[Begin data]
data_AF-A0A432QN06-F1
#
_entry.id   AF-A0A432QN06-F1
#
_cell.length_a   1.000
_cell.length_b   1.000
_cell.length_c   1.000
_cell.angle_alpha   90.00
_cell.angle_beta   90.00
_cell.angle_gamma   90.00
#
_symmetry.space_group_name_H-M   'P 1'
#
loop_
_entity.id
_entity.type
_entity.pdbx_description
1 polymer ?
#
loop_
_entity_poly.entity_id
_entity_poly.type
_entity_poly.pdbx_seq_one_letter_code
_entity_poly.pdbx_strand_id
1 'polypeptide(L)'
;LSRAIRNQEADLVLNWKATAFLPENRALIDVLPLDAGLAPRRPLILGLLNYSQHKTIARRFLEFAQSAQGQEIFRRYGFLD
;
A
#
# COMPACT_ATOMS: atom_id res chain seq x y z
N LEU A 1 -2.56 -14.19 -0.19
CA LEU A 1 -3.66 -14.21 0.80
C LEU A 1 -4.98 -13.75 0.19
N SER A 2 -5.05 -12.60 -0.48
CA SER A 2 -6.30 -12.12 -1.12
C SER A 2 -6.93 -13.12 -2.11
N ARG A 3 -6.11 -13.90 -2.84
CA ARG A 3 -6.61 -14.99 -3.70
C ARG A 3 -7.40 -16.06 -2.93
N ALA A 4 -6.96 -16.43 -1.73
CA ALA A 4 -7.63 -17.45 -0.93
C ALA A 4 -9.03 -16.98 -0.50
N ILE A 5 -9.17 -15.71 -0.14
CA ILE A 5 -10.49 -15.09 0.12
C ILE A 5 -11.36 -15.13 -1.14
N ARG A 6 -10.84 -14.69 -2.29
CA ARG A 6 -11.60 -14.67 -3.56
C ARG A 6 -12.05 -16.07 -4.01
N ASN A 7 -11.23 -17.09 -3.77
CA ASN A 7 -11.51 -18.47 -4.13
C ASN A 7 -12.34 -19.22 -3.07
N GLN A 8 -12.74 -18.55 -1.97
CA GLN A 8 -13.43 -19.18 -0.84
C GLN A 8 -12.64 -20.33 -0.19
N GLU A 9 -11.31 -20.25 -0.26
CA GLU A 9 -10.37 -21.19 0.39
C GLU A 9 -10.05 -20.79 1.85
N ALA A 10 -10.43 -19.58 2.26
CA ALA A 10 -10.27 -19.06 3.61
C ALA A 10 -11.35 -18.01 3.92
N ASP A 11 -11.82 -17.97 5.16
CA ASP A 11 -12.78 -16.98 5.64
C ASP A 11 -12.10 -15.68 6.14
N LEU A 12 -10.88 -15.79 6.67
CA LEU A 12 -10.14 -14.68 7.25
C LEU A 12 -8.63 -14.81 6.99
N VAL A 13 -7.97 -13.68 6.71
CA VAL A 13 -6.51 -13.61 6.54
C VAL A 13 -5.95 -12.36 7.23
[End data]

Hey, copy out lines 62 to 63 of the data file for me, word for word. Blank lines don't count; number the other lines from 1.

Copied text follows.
CA ASP A 11 -12.78 -16.98 5.64
C ASP A 11 -12.10 -15.68 6.14